I hope this helps.
Thank you very much for your reply. It was very helpful.
I completely agree that it is extremely difficult to attempt to distinguish and categorise between “legal” and “political” aspects of the constitution and that perhaps a failure to recognise the intricate relationship between the two has contributed to inconsistency between different theorists. Those arguing for PS may be setting the boundaries of their Constitution in a much more restrained manner to those who argue that it is no longer a fundamental principle of the UK Constitution.
With regards to the points that you raised in your reply I just wanted to ask a couple of questions.
Having studied Constitutional Law for the past year it is clear that much of the uncertainty and points of friction within the field can in some way be traced back to the unwritten constitution and the ambiguity therein.
Do you think that regardless of the form that a written constitution would take, were we ever to adopt one, that there are in fact advantages in having an unwritten constitution? In one sense its malleability affords both Parliament and the judiciary a certain amount of flexibility, but then as you pointed out in your reply it can also be seen to have a choking effect on the Constitution. The inherent uncertainty means that both sides are unwilling to dip their toes in and test the water.
Furthermore were we to adopt a written constitution would it be possible to integrate a substantive conception of the rule of law?
There is an argument for saying that we should give it some formal recognition and so should lay down the position that it has in relation to the doctrine of PS.
But then on the other hand one could argue that the very act of enumerating the content of the Rule of Law is both intrinsically difficult and in some sense is undermining the very principle that it is looking to support in that future parliaments will be bound by the concepts laid down by the parliament of the day.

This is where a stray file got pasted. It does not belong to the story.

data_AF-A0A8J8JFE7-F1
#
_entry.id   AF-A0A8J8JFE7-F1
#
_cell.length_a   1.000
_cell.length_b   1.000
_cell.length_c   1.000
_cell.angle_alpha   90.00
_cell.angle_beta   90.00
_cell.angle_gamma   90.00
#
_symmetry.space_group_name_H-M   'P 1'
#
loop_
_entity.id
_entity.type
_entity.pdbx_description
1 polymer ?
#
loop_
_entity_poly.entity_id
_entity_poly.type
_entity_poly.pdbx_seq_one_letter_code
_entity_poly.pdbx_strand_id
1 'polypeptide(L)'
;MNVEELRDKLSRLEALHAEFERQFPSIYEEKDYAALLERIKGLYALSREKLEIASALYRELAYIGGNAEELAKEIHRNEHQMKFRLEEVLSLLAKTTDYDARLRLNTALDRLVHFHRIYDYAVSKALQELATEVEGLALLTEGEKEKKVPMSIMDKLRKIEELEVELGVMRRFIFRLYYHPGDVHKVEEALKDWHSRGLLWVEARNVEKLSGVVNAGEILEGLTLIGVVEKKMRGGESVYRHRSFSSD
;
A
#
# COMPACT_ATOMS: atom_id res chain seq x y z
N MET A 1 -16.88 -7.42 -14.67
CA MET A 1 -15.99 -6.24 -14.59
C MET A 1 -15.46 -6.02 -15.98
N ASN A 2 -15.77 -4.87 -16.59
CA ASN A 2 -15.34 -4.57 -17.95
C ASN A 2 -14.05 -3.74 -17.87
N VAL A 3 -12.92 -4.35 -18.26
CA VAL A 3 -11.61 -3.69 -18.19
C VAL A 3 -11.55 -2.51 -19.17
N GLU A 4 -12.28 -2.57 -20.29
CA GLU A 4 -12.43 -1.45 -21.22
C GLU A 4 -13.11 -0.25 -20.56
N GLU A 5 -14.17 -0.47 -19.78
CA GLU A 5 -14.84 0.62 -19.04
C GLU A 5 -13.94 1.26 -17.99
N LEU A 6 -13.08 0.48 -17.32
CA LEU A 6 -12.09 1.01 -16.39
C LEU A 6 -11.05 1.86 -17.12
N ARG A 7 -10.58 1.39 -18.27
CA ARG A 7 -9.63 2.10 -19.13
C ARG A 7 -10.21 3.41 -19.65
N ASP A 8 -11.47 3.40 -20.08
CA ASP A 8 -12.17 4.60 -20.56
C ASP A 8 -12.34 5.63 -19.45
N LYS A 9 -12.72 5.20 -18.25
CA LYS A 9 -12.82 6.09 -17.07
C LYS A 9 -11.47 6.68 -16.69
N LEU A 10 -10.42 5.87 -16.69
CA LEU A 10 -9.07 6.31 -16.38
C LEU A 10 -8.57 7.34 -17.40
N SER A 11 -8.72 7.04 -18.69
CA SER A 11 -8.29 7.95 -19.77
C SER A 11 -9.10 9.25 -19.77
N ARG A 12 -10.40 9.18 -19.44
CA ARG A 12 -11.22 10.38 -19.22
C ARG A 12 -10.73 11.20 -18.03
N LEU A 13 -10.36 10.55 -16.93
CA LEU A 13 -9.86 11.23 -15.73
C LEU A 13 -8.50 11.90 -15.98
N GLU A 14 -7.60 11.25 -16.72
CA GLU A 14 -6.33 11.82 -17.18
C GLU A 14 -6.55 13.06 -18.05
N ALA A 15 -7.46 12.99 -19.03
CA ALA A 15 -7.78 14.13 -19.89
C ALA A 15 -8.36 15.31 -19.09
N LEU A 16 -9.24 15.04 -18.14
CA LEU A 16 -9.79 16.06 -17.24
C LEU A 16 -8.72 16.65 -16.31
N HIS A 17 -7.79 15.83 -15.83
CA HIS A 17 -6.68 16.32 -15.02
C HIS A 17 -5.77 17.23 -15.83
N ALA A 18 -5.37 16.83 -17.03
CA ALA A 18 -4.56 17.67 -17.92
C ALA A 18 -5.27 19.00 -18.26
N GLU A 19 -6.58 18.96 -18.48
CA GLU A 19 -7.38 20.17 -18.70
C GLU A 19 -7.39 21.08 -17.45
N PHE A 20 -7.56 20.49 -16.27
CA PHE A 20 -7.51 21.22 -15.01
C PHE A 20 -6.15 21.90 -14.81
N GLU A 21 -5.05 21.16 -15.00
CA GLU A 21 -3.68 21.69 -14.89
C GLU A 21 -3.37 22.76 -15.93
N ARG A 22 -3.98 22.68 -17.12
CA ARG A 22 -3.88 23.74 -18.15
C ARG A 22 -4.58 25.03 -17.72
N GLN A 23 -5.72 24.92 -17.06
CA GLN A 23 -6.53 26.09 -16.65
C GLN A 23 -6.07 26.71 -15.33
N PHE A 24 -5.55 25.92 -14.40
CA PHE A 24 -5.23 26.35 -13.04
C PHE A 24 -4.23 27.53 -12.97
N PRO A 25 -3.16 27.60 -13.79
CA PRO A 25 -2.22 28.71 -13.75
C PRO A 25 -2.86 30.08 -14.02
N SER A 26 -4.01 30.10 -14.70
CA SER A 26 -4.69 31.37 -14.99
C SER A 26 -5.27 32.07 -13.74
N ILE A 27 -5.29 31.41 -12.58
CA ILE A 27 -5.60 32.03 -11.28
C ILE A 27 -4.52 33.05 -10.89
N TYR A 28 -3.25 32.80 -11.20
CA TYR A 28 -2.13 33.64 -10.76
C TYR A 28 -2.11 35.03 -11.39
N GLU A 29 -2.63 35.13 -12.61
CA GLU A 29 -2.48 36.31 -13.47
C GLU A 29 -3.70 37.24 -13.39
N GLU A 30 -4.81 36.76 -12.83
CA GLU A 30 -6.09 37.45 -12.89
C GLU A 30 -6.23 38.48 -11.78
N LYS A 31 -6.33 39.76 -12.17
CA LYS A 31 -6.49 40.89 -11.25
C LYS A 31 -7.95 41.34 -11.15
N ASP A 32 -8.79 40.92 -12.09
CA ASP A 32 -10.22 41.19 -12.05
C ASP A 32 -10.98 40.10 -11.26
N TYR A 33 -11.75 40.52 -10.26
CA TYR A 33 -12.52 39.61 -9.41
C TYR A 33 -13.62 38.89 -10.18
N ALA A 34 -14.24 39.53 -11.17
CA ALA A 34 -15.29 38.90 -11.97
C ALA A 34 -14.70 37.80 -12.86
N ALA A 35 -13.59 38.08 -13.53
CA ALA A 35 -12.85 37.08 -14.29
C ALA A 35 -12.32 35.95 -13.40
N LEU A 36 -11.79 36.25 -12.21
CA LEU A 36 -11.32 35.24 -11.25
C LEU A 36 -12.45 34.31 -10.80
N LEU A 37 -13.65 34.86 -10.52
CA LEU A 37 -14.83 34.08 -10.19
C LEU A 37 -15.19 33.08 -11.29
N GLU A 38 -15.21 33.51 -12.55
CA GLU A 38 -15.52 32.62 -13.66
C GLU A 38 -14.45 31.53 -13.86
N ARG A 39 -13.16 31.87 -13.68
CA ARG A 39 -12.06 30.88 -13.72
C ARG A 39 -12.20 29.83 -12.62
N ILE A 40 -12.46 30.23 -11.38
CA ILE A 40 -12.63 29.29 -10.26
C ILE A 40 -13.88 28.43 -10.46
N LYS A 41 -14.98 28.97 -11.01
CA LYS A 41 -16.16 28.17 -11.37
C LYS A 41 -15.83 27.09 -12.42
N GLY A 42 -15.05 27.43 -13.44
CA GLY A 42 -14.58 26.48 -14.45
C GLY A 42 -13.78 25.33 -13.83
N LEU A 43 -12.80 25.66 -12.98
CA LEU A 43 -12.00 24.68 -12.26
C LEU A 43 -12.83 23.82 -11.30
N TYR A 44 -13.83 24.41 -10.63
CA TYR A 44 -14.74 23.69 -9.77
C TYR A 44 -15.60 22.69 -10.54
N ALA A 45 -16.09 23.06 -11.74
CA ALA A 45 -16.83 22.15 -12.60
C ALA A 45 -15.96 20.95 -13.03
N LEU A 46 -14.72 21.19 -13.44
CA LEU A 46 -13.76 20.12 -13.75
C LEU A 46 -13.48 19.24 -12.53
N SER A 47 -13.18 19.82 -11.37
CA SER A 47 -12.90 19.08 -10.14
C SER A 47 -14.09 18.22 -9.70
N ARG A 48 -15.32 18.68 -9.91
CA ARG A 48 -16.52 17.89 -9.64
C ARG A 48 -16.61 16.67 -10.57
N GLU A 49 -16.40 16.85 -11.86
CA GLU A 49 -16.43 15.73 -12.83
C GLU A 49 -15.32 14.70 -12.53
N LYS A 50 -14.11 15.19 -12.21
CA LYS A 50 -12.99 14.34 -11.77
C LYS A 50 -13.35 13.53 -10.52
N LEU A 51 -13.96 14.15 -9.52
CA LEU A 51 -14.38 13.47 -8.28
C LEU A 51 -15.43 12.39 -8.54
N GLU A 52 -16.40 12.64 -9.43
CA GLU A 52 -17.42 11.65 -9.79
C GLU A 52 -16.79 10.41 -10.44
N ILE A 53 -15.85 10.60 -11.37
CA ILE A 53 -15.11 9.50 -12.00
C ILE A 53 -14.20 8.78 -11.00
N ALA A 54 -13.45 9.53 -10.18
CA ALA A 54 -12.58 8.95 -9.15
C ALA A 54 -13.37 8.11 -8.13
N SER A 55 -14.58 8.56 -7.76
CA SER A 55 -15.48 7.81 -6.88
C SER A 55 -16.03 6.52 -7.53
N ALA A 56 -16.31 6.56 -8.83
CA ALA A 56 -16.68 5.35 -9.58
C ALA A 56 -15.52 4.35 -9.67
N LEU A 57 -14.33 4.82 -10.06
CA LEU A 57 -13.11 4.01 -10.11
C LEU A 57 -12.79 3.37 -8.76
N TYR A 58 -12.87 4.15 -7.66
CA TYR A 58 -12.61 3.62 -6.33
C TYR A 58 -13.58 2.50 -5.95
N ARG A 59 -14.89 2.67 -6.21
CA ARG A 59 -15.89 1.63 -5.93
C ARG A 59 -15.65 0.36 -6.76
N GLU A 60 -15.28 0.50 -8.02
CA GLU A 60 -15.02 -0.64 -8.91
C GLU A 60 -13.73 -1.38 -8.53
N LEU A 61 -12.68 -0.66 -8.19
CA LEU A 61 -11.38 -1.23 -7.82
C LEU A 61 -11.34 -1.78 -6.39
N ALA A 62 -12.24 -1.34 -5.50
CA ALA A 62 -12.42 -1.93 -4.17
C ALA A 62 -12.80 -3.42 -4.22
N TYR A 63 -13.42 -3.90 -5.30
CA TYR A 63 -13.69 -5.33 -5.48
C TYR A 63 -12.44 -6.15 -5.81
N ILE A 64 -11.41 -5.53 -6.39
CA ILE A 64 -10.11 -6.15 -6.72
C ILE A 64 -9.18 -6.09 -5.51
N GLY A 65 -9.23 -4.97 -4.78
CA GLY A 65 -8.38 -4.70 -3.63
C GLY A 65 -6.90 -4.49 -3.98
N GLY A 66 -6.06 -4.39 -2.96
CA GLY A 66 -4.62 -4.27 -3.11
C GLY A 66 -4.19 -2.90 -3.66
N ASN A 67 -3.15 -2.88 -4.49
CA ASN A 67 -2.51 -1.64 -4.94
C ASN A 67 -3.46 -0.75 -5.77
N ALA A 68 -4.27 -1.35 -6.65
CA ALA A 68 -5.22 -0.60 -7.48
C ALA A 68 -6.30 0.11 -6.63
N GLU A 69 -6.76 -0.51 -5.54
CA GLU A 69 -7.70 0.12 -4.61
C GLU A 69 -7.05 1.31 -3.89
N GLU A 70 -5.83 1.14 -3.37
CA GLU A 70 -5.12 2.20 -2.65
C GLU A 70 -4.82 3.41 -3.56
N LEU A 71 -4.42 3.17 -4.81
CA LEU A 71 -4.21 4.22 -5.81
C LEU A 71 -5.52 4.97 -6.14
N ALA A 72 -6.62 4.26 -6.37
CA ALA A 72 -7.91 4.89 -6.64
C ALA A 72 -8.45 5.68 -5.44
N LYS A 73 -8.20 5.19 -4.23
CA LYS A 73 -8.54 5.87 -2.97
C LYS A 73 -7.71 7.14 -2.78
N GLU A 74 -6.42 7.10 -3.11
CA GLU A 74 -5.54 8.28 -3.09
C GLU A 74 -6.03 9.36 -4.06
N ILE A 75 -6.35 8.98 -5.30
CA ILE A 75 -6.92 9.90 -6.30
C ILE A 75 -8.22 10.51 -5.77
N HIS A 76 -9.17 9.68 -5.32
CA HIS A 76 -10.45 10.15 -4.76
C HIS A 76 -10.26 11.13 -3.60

Once again many thanks for your help.
I certainly agree that there are advantages in having an unwritten constitution—just as there are disadvantages. Whether one would be “better” than the other is largely a question of perspective, and of the objectives one sets for the constitution. That’s a very big question that I can’t easily address here in detail. My sense, however, is that the unwritten constitution only works because there is a relatively high degree of trust—both on an inter-institutional level, and in terms of public trust in the system. So long as that trust endures, I think that the unwritten system works reasonably well. It is easy to look to written systems and think that they must be superior, but that is not necessarily true: institutional comity may be preferable to institutional conflict; an unwritten system may facilitate a better mix of reliance upon political and legal forms of restraint; and the certainty promised by written systems may not be fully deliverable (given the inevitable uncertainty about the meaning of vaguely-worded constitutional texts). This is not to say that there are not strong arguments in favour of a written constitution: merely that we should be careful not to do down our own system unthinkingly.